‘I failed mightily’: Bob Woodward on the challenges of reporting on Trump

Bob Woodward, celebrated investigative journalist and co-author of “Peril,” joins a special live recording of Yahoo News’ “Skullduggery” podcast along with Carol Leonnig and George Conway. During the discussion, Woodward shares candid insights on reporting on the Trump administration and the ongoing investigations since the former president left office. “Did we, in our business, do enough to look at Trump in 2016 and tell people who he was, where he came from sufficiently?” says Woodward. “Myself? I’d say I failed mightily.”

Video Transcript

DANIEL KLAIDMAN: We've all covered high profile grand jury investigations. When they are this high profile, you learn about it-- maybe not from the Justice Department, but witnesses talk, their lawyers talk. You learn about it. If people in Trump's inner circle were going before the grand jury, we would know about it.

- Yeah, we'd hear, witch hunt. Witch hunt.

DANIEL KLAIDMAN: What do you make of that?

BOB WOODWARD: Trying to step back-- what's going on here? And even though Biden has been quoted, I think accurately, in the "New York Times" saying he'd like to see Trump prosecuted, boy, I think that is a giant Step and this is all about the legitimate functioning of the presidency. And that's why I say we've got to get a lot of reality and not get into these legal tunnels.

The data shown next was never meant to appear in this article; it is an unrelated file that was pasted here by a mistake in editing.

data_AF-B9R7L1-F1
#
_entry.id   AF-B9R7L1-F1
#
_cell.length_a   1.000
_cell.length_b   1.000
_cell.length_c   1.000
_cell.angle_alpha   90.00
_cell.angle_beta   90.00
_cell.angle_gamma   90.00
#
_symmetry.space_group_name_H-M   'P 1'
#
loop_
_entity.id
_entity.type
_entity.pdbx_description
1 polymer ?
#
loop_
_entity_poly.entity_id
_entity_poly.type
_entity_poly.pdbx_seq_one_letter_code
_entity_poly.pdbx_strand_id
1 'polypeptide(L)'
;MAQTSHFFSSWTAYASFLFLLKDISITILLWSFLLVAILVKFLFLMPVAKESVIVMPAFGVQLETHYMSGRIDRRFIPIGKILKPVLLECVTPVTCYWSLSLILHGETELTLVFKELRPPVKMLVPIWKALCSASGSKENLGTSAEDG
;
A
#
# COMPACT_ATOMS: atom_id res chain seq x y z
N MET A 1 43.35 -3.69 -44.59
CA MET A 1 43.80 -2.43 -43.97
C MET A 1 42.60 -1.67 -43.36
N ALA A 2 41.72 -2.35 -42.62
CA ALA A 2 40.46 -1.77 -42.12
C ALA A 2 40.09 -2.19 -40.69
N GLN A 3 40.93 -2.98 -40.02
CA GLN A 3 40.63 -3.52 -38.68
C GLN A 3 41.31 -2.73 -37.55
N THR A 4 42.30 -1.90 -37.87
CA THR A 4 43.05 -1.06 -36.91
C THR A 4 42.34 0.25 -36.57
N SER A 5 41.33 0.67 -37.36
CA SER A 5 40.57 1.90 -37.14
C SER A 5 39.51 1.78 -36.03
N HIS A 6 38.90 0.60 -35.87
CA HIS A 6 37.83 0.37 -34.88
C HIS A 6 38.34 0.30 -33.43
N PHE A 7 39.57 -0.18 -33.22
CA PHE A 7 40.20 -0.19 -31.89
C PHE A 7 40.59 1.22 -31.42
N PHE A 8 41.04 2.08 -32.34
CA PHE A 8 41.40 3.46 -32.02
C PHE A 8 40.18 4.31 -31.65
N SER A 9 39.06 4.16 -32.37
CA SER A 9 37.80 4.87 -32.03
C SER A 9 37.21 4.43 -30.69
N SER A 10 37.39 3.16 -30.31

DANIEL KLAIDMAN: How do you establish accountability? I mean, getting the information out there, writing books, having congressional hearings-- that's all important. Is that enough?

BOB WOODWARD: Maybe it is, but then let the voters decide. Remember, Trump in 2020 lost, and not by 7 million votes, by 45,000 votes in Arizona, Wisconsin, and Georgia-- that close-- could have gone the other way. But he lost. And I remember in one of the interviews I did with him leading up to the 2020 election-- and so I just asked, I said, you know, I think you won in 2016, which I think is the question we always have to return to, because you realized the old order was dying in not just the Republican Party, but the Democratic Party, which I think is true.

He just jumped in his chair. Yes, that's it. I knew the old order in both parties was dying. He did have some intuitive sense about where the soft spots were in the system, in the electorate, and so forth, and can't run away from the fact that he almost won in 2020. Then you can crank yourself back to 2016 and ask the question, did we, in our business, do enough to look at Trump in 2016 and tell people who he was, where he came from sufficiently? And I think we've-- I know myself, I'd say I've failed mightily.

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